Quality of life has become more and more of a focus in care of individuals with Dementia. Many articles or studies have shown that music therapy can help quality of life for many people, but how exactly does it help individuals with varying levels of Dementia?
In the study “Effect of Group Music Therapy on Quality of Life, Affect, and Participation in People with Varying Levels of Dementia”, researchers attempted to find out why music therapy is effective for Dementia.
This study included sixteen individuals living in nursing homes long term. All individuals had varied levels of family support and progression of their Dementia was varied. Participants were given a quality of life questionnaire before and after the study that asked questions about emotional well-being, interpersonal relations, material well-being, personal development, physical well-being, self-determination, social inclusion, and rights. Music Therapy sessions occurred weekly for 45-60 minutes for twelve weeks. Music therapy groups focused on stimulation cognitive function, social interaction, and some motor skills. Participant musical preferences were used to choose music for the sessions. All sessions followed the same sequence:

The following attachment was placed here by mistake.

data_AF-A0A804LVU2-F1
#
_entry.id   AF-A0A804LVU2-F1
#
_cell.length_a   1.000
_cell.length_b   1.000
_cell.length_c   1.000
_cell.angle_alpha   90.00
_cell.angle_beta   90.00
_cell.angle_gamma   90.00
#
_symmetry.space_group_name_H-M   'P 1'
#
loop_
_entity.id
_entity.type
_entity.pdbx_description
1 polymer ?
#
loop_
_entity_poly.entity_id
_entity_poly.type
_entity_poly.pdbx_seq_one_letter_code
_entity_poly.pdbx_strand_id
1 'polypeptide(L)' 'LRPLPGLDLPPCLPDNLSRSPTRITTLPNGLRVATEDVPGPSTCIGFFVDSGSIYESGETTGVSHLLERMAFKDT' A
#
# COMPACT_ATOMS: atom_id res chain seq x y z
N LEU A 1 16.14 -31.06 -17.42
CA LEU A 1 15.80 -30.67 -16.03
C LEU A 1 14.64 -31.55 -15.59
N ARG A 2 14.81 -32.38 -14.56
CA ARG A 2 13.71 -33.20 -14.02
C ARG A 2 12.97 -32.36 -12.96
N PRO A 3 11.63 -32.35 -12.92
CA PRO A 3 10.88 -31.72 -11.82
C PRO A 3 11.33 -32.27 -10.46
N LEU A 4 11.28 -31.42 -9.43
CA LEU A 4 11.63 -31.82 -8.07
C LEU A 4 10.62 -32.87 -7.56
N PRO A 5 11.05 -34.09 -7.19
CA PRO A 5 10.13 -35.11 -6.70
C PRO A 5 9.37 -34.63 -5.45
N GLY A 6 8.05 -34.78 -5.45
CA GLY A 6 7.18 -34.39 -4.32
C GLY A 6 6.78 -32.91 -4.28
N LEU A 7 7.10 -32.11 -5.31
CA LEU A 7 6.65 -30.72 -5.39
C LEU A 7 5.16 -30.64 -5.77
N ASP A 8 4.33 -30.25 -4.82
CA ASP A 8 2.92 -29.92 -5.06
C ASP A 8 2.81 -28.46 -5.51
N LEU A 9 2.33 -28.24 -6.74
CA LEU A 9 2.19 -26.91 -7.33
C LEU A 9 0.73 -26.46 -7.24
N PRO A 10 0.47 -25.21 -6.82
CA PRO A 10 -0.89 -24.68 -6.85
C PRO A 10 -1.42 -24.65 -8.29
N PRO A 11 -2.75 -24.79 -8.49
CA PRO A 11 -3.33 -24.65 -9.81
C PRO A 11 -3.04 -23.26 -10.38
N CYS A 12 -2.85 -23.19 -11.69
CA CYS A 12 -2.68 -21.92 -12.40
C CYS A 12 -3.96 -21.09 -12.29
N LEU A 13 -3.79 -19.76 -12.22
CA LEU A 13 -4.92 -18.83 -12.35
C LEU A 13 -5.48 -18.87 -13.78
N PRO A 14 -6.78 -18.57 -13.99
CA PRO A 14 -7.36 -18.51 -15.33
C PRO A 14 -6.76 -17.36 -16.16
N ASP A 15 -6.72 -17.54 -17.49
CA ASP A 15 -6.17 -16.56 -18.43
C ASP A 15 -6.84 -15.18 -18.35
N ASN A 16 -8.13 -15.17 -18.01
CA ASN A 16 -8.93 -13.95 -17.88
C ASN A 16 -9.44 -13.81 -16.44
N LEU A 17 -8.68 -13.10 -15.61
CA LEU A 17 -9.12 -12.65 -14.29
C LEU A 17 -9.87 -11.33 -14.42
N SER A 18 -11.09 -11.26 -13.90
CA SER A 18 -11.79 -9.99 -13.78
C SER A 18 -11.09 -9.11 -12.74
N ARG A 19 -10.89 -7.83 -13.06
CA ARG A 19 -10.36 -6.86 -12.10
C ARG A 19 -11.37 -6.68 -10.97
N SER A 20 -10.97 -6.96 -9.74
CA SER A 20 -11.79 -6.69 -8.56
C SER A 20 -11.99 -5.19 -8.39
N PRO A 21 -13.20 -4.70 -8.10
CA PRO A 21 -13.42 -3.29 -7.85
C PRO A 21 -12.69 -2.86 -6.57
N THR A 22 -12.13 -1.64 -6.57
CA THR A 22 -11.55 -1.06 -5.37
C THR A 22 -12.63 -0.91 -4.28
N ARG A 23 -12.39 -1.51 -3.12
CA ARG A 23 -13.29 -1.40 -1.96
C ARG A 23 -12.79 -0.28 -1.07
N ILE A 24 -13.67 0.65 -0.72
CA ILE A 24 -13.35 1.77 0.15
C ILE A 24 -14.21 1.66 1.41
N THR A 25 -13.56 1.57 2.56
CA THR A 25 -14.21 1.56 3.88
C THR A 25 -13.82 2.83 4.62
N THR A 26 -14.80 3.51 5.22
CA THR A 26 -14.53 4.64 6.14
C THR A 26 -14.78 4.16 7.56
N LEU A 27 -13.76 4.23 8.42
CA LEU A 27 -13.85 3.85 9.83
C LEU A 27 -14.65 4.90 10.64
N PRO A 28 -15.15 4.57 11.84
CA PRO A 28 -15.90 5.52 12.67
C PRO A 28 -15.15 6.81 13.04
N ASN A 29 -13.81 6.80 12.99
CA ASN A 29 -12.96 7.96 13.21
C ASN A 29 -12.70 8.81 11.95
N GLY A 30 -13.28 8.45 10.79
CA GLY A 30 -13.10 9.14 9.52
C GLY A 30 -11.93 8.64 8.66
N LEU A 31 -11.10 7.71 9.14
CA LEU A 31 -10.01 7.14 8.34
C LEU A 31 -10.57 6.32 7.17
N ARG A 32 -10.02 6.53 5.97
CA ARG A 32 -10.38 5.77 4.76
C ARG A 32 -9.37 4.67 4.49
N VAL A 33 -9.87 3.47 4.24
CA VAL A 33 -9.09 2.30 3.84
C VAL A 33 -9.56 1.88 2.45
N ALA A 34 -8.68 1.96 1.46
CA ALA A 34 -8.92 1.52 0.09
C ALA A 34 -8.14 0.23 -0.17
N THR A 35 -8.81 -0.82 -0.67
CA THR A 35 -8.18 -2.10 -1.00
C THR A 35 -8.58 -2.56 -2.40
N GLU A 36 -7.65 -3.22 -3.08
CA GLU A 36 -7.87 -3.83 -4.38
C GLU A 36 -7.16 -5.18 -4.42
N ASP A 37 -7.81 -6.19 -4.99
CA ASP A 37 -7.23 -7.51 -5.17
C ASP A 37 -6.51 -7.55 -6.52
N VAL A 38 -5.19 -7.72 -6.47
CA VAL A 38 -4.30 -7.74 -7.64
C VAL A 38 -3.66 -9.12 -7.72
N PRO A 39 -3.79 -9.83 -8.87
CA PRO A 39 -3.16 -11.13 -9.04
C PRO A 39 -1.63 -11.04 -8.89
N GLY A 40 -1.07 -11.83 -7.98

- Opening song: using participants names, lyrics about time (to orient), and singing scales with the keyboard to help orient the participants.
- Main activity: This activity varied, but included singing, listening to music, playing musical instruments, composition/improvisation, and movement to music. Groups with mild to moderate Dementia included more improvisation, singing preferred songs with discussion, and movement. Groups with more advanced dementia included more active music participation like singing, instrument improvisation, and movement to music with less focus on verbal skills.
- Closing Song: Goodbye song that gave clients a chance to suggest songs they would like for the next session.
This study only found one statistically significant difference in the results. The emotional well-being score increased from pre-test to post-test. The researchers believe a study with more participants (especially to expand and even out the number of participants with varied levels of dementia) would yield more balanced results. This study is important because it highlights some of the difficulties that music therapists have when conducting studies (small participant pool per population, hard to capture qualitative and quantitative results in a study) and it shows that music therapy has a positive effect on emotional well being for individuals with varied levels of Dementia.
Sole, C., Mercadal-Brotons, M., Galati, A., & De Castro, M. (2014). Effects of Group Music Therapy on Quality of Life, Affect, and Participation in People with Varying Levels of Dementia . Journal of Music Therapy, 51(1), 103-125.
By Jessica S. Fletcher, MM, MT-BC